September 25, 2022

Power Automate: How to access a random element in an array

I got this question in Power Automate’s community, and the person wants to access a random element in an array so that they can extract a string from it. Here’s the question:

I am aware of rand() function for numeric values. My idea is to have a function that randomly select certain phrases from a predefined array:

Array’HelloWorld’, ‘Hi’, ‘Are you there?’, ‘Tip of the day’

Output is randomized on each run

First Run: Hi

Second Run: Tip of the day

Third Run: Hi

It’s not as hard as it looks, but we must consider some small details; overall, we can have an array with all the elements that we want, and since we can access the elements of the array dynamically, we can then generate the index of the element that we want to access using the randomization function that Power Automate provides us. Here’s the global overview of our approach:

It’s not complex, but let’s see it step-by-step. First let’s build the array.

Build the array

Let’s see how to build the array with the following values:

'HelloWorld', 'Hi', 'Are you there?', 'Tip of the day'

Power Automate provides us with a nice function called “createArray” that will get several parameters and return an array with all of them so that we can do the following:

createArray('HelloWorld', 'Hi', 'Are you there?', 'Tip of the day')

We will use a variable, and the “Initialize variable Action” to do it.

Now that we have an array, let’s see how to access it.

Access the array

We can access the array using the index of the element we want. For example, if we want the first element, we would use index 0 since the count starts at zero when referring to the arrays. So we could do the following:

<item with the array>[<index that we want to access>]

The square brackets will indicate to Power Automate that we want to access a position inside an array, so we only need to provide an index, and we’re good to go.

It is essential to know how to access it since it will influence how we generate the random value. Let’s see how to do it.

Get the random value

How that we know how to access a single element in an array? Let’s look at how to randomize the index. To do that, we will use the “rand” function with a start and end value for the randomization. For example, since we have four elements in the array, we can easily build the “rand” function as follows:

rand(1,5)

This will return random values between 1 and 5, introducing a problem. If we add more elements to the array, we need to remember to change the random function; otherwise, the new elements will never be considered. So it’s better to always do the calculations based on the number of elements in the array, and then we can safely add or remove elements without any impact on the Flow. To do that, we can use the “length” function as follows:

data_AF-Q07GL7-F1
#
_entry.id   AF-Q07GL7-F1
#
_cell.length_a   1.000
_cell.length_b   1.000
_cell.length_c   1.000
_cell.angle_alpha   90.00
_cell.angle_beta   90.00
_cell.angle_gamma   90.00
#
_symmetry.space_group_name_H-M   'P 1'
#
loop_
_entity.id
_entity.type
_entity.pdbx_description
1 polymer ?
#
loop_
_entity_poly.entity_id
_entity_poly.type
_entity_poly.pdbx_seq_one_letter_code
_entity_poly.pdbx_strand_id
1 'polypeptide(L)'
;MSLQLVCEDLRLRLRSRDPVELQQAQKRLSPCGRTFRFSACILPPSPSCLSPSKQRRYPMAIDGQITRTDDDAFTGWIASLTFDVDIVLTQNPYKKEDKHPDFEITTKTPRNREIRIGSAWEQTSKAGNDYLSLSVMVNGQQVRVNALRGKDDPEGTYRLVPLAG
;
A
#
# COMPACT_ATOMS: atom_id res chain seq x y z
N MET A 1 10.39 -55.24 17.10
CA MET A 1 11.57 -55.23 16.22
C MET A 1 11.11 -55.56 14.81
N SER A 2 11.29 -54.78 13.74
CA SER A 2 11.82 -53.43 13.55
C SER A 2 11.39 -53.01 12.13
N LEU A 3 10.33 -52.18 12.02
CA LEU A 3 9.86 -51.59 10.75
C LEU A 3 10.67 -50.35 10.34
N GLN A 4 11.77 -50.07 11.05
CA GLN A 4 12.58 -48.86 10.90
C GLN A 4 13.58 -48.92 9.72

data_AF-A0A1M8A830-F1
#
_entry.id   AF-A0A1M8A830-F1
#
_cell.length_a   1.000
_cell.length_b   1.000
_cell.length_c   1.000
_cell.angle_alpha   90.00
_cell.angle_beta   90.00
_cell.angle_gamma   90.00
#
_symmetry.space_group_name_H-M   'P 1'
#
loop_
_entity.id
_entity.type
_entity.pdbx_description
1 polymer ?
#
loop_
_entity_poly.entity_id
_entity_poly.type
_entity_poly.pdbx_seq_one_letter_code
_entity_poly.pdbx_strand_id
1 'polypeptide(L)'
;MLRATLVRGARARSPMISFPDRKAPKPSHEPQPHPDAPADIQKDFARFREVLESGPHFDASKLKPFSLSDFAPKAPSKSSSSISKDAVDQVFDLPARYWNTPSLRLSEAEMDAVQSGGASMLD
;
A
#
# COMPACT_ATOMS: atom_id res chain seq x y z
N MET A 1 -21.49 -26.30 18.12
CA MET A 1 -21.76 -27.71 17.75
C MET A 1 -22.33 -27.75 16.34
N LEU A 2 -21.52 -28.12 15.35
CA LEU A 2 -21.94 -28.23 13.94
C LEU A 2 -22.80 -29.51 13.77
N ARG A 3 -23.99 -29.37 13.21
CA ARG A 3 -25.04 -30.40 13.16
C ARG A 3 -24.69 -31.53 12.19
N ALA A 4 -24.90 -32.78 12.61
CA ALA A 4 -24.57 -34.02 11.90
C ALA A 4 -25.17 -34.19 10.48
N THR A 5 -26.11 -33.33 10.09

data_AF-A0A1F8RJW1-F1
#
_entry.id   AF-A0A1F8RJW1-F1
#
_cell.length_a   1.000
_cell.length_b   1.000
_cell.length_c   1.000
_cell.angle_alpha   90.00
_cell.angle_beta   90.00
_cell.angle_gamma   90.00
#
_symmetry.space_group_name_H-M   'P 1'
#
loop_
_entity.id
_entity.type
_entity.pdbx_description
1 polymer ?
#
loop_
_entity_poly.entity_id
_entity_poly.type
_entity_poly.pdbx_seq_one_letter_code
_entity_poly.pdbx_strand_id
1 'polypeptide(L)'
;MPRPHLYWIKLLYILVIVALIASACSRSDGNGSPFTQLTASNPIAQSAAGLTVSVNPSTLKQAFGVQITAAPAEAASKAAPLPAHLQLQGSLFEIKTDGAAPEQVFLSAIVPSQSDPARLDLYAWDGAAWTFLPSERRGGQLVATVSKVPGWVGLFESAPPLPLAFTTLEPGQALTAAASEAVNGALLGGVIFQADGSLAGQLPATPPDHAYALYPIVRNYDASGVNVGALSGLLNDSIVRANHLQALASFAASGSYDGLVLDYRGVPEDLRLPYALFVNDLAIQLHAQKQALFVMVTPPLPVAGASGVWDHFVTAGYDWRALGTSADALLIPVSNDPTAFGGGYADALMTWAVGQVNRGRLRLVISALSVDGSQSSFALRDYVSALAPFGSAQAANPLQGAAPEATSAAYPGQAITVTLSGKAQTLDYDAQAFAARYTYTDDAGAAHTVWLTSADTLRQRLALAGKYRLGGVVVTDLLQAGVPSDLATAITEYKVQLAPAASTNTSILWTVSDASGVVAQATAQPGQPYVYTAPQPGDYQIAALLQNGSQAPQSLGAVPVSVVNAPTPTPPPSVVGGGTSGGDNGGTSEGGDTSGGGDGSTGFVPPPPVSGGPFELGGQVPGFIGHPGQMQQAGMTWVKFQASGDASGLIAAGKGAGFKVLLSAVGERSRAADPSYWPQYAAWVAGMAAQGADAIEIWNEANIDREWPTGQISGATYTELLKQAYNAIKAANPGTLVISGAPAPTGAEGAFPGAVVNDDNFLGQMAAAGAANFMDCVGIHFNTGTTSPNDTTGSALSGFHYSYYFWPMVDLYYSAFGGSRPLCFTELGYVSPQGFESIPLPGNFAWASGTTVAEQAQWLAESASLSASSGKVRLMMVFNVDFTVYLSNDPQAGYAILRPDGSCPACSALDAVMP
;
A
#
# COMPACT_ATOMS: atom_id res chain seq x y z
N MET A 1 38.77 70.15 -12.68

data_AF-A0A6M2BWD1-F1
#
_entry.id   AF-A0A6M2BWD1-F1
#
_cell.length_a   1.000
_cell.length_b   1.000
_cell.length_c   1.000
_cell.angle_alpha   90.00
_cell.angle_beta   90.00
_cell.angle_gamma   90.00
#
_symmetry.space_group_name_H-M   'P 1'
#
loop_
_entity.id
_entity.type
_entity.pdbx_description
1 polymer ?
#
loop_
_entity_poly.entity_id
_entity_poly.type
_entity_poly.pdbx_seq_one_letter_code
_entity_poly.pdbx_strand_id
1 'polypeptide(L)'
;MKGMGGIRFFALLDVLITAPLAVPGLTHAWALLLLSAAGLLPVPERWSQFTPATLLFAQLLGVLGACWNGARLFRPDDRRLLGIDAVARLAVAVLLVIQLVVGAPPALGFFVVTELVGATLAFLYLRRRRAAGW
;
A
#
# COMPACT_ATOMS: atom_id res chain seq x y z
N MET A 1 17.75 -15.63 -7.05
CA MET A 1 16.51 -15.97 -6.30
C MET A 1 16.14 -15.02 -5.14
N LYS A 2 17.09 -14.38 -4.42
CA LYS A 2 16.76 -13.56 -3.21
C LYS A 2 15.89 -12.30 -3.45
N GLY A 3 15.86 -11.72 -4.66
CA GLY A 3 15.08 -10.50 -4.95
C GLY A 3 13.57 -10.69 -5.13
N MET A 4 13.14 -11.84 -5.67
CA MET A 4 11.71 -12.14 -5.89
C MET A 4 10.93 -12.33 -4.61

rand(1,length(variables('ARRAY')))

Now we have a random index, let’s find the element in the array.

Fetch the element

Now that we have an index, let’s find it in the array. Remember the previous section where we discussed that the index starts at zero, not one, so we need to decrement the index using the “sub” function. It will look like this:

variables('ARRAY')[sub(outputs('Random_number'),1)]

I know what you’re thinking. Why not make a random value from 0 to the length, and then we would not need to do the sub here? The answer is that you always need to do the sub since the “length” function will return the number of values of an array. You can indeed do the following:

rand(0,sub(length(variables('ARRAY'),1))

And access it as follows:

variables('ARRAY')[outputs('Random_number')]

It’s about where you want to put the subtraction, and the result is the same as long as you do it.

Here’s the final result:

Final thoughts

The solution to get the random element is quite simple. Generate an array, get a random index and get the value at that index. I wanted to show you how to do it step by step to ensure that you understand what issue with the subtraction and how to get the value from the array.

I like this question because it demonstrates well how to take advantage of the native capabilities of Power Automate to solve complex problems efficiently.

Have a suggestion of your own or disagree with something I said? Leave a comment or interact on Twitter and check out other Power Automate-related articles here.

Photo by Jess Bailey on Unsplash

Manuel Gomes

I'm a previous Project Manager, and Developer now focused on delivering quality articles and projects here on the site. I've worked in the past for companies like Bayer, Sybase (now SAP), and Pestana Hotel Group and using that knowledge to help you automate your daily tasks

View all posts by Manuel Gomes →

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